[COVIDWatch]: Do infrared thermometers damage your pineal gland?

By October 1, 2020 COVID-19, Health

Checking into locations we visit and having our temperatures taken at every one of them has become part of the ‘new normal’, and we have become familiar with having infrared thermometers being pointed at our foreheads multiple times of the day.

While most won’t think too much about this process, there have been some individuals who have taken to social media to espouse the alleged dangers that come with the use of these thermometers.

One of these is a Facebook post which was highlighted in a fact-check by AFP. Similar claims, which have popped up around the world and in different languages, have also been debunked by fact-checkers in various countries.

The post, which was allegedly written by an Australian nurse, claims that infrared thermometers used for temperature-taking can cause potential health issues because of how the process “directly targets” the pineal gland “which is located directly in the center of the forehead” with an infrared ray.

The nurse had apparently witnessed people lining up at a shopping mall to get their temperature taken, and realised that it was done “by an employee who obviously was not a medic and was not properly educated on how to correctly perform this procedure”.

He/she then told the employee that “an infrared thermometer must never be pointed at someone’s forehead, especially babies and young children”, and that “placing a thermometer on the wrist or elbow fold is much more accurate and much less harmful”.

“Our pineal glands must be protected as it is crucial for our health both now and in the future,” the author states.

The post has been shared close to 2,000 times.

What is the pineal gland, and how do infrared thermometers work?

Let’s first take a look at how infrared thermometers work.

According to Malaysian Health director-general Datuk Dr Noor Hisham Abdullah, who was quoted on a post on the Ministry of Health of Malaysia’s Facebook page which debunked a claim that infrared thermometers emit radiation, the devices are “designed to detect and absorb heat in the form of infrared rays emitted from human body and converts it into electricity. The electronic circuit within the thermometer processes the electrical signal to determine the temperature and display the reading on a screen”.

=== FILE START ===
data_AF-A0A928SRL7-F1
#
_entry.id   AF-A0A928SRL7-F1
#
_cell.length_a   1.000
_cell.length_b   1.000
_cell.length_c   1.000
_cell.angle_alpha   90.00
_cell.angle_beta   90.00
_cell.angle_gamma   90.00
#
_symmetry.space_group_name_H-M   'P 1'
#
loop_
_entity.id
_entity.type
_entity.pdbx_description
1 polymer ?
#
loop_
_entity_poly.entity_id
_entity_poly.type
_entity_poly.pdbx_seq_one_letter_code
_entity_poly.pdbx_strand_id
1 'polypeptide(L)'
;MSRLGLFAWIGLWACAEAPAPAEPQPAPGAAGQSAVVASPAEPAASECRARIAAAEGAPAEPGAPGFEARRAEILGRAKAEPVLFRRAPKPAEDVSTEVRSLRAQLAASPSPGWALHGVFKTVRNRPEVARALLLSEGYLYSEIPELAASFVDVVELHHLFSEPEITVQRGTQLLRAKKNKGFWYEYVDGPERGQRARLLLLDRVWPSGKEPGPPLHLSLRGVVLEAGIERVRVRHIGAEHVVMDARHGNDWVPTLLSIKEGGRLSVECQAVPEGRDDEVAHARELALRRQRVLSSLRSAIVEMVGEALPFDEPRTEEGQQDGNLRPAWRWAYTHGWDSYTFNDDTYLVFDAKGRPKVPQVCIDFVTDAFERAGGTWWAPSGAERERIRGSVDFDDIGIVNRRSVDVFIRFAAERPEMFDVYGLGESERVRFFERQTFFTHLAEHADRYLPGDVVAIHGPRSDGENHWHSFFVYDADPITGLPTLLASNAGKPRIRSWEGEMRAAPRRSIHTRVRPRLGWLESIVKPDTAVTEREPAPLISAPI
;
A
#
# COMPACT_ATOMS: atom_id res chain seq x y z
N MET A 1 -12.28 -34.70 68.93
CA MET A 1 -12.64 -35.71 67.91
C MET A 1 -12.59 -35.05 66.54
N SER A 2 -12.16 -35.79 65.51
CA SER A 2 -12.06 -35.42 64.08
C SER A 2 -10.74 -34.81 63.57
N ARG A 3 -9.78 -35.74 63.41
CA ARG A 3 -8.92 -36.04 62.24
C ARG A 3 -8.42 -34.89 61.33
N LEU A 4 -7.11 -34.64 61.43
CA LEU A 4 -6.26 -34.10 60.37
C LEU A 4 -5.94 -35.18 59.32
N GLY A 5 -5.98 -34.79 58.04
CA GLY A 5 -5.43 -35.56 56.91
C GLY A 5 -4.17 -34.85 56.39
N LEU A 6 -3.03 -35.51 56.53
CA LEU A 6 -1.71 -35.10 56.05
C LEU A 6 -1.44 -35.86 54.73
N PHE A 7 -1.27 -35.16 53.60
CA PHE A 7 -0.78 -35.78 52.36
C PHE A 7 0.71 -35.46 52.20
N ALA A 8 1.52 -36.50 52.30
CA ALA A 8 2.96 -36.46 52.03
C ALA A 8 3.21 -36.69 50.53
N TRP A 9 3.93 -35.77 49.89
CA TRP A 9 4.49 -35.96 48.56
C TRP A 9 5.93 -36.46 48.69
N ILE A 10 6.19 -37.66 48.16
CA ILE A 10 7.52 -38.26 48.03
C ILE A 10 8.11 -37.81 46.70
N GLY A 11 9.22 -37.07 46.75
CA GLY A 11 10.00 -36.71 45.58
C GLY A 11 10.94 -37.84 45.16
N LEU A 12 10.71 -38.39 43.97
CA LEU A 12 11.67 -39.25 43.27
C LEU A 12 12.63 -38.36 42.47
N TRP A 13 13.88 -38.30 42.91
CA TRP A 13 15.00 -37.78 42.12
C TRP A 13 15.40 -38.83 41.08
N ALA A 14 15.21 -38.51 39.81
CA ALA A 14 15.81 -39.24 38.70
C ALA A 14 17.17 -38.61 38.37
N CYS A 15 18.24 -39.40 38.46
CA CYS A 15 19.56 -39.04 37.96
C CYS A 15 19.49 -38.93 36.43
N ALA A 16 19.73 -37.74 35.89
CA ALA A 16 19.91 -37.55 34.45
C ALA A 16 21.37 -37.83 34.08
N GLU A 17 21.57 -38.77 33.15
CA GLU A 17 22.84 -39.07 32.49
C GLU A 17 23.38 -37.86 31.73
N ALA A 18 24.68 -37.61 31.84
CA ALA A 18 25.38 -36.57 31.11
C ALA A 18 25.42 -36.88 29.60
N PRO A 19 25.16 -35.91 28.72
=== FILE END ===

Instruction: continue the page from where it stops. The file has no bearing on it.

Did you know: in-ear thermometers also use infrared rays to measure the temperature inside the ear canal?

Next, let’s delve into what the pineal gland is, and what it does.

According to healthline.com, the pineal gland is known to produce and regulate some hormones, including melatonin which plays a part in regulating sleep patterns. The pineal gland is also known to play a role in the regulation of female hormone levels, due in part to the melatonin produced and excreted by the gland.

The diagram below shows where the pineal gland is located:

As seen, the gland seems to be pretty deep inside the brain, and isn’t “located directly in the center of the forehead” like what the post was stating.

In fact, Gabrielle Girardeau, a neuroscience researcher at France’s Inserm institute, told AFP that “even if infrared rays were to be directed towards the pineal gland, it is positioned too deeply in the brain for the rays to reach it”. She added that “light has a very low capacity to penetrate the barrier formed by the skull, even if infrared wavelengths penetrate more easily”.

In a Snopes fact-check on similar claims, Dr. Haris Sair, director of neuroradiology at Johns Hopkins University was quoted as saying that the pineal gland is “smack dab right in the middle of the head” and that “nothing is happening between the thermometer and the pineal gland”.

He added that as compared to sending infrared light “into the body”, infrared thermometers are built simply to “pick up” natural infrared wavelengths emitted by the body.

This statement was backed by Tim Robinson, vice president of marketing at the Utah-based temperature instrument retailer ThermoWorks, who explained that an infrared thermometer is “just a catcher. It’s catching light waves”.

Therefore, the claim that infrared thermometers cause potential damage to our pineal glands is false.

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